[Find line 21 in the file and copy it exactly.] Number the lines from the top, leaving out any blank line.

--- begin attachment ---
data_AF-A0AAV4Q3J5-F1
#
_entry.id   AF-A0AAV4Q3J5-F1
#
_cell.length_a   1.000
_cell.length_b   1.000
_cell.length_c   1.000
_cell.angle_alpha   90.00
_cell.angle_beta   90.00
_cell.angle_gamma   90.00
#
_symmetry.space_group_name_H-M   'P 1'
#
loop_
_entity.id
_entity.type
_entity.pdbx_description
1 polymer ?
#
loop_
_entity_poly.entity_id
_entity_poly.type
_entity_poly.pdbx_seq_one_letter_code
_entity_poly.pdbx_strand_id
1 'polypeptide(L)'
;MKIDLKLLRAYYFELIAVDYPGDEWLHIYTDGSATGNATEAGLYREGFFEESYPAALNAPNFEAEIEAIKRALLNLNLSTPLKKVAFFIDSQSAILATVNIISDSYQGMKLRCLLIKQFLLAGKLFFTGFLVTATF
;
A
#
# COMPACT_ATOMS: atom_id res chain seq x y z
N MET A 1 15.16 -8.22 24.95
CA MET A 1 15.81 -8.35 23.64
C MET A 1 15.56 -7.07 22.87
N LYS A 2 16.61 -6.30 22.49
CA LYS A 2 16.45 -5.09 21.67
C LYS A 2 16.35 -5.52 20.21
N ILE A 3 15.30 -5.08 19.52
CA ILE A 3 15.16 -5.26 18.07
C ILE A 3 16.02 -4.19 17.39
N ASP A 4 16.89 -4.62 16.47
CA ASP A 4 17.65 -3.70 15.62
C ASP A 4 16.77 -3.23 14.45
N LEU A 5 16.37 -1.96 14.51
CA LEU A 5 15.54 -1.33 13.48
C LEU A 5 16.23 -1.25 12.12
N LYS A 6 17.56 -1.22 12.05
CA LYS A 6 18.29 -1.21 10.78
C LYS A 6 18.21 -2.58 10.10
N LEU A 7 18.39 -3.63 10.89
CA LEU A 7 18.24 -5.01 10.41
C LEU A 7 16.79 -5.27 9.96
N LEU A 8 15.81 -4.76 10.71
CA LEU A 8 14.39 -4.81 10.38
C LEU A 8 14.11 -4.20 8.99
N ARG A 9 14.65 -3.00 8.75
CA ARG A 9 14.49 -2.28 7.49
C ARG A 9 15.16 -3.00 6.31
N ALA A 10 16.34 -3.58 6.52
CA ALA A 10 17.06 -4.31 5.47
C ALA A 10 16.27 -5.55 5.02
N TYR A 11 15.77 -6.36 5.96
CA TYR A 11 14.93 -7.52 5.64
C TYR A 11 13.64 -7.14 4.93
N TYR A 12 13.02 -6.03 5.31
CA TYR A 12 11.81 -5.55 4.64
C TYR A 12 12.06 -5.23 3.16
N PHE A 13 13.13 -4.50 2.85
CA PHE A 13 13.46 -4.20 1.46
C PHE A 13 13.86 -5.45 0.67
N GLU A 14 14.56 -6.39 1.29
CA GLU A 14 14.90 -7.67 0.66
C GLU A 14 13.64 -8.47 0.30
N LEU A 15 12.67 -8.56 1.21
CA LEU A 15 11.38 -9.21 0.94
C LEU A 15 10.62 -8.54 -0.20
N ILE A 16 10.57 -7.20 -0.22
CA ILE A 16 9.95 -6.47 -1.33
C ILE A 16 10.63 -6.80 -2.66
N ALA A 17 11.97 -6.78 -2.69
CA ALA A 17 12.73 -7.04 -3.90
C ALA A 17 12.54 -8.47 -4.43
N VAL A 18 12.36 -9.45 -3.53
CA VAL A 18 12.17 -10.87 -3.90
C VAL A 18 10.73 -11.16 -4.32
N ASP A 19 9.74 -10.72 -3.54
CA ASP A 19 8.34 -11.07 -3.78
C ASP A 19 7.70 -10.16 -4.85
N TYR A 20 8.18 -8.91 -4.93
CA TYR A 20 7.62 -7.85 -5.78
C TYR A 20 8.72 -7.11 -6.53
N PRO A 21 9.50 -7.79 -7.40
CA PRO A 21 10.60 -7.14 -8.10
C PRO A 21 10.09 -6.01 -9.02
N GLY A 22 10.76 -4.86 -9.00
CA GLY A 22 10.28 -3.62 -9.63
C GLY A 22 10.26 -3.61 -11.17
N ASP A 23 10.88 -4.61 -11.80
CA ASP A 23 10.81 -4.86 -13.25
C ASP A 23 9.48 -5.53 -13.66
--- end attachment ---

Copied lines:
_entity_poly.entity_id